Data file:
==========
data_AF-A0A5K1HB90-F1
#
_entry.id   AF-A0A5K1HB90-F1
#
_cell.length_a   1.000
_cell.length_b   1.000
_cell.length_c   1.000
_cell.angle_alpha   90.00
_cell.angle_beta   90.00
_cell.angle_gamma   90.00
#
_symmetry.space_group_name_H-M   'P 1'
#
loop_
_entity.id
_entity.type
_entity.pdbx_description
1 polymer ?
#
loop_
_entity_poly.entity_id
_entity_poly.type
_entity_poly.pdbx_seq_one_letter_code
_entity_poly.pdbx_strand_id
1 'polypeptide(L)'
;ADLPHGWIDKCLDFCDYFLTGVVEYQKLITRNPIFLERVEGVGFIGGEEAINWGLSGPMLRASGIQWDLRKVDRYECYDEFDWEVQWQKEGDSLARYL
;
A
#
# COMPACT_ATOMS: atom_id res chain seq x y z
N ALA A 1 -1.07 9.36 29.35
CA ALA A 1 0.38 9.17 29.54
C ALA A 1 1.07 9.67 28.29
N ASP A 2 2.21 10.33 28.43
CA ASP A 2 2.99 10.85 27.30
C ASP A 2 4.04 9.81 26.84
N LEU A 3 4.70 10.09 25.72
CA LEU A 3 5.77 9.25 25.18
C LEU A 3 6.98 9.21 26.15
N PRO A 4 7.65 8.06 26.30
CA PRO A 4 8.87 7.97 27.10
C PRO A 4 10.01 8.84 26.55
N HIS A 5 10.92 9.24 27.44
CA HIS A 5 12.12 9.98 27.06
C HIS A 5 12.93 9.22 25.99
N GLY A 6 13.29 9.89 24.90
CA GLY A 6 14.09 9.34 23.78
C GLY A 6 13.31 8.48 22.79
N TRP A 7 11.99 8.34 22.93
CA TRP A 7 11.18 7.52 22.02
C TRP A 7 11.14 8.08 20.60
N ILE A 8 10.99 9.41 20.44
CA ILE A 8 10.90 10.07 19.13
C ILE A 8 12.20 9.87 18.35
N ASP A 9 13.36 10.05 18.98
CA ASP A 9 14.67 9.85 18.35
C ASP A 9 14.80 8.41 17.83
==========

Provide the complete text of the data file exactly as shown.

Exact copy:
data_AF-A0A5K1HB90-F1
#
_entry.id   AF-A0A5K1HB90-F1
#
_cell.length_a   1.000
_cell.length_b   1.000
_cell.length_c   1.000
_cell.angle_alpha   90.00
_cell.angle_beta   90.00
_cell.angle_gamma   90.00
#
_symmetry.space_group_name_H-M   'P 1'
#
loop_
_entity.id
_entity.type
_entity.pdbx_description
1 polymer ?
#
loop_
_entity_poly.entity_id
_entity_poly.type
_entity_poly.pdbx_seq_one_letter_code
_entity_poly.pdbx_strand_id
1 'polypeptide(L)'
;ADLPHGWIDKCLDFCDYFLTGVVEYQKLITRNPIFLERVEGVGFIGGEEAINWGLSGPMLRASGIQWDLRKVDRYECYDEFDWEVQWQKEGDSLARYL
;
A
#
# COMPACT_ATOMS: atom_id res chain seq x y z
N ALA A 1 -1.07 9.36 29.35
CA ALA A 1 0.38 9.17 29.54
C ALA A 1 1.07 9.67 28.29
N ASP A 2 2.21 10.33 28.43
CA ASP A 2 2.99 10.85 27.30
C ASP A 2 4.04 9.81 26.84
N LEU A 3 4.70 10.09 25.72
CA LEU A 3 5.77 9.25 25.18
C LEU A 3 6.98 9.21 26.15
N PRO A 4 7.65 8.06 26.30
CA PRO A 4 8.87 7.97 27.10
C PRO A 4 10.01 8.84 26.55
N HIS A 5 10.92 9.24 27.44
CA HIS A 5 12.12 9.98 27.06
C HIS A 5 12.93 9.22 25.99
N GLY A 6 13.29 9.89 24.90
CA GLY A 6 14.09 9.34 23.78
C GLY A 6 13.31 8.48 22.79
N TRP A 7 11.99 8.34 22.93
CA TRP A 7 11.18 7.52 22.02
C TRP A 7 11.14 8.08 20.60
N ILE A 8 10.99 9.41 20.44
CA ILE A 8 10.90 10.07 19.13
C ILE A 8 12.20 9.87 18.35
N ASP A 9 13.36 10.05 18.98
CA ASP A 9 14.67 9.85 18.35
C ASP A 9 14.80 8.41 17.83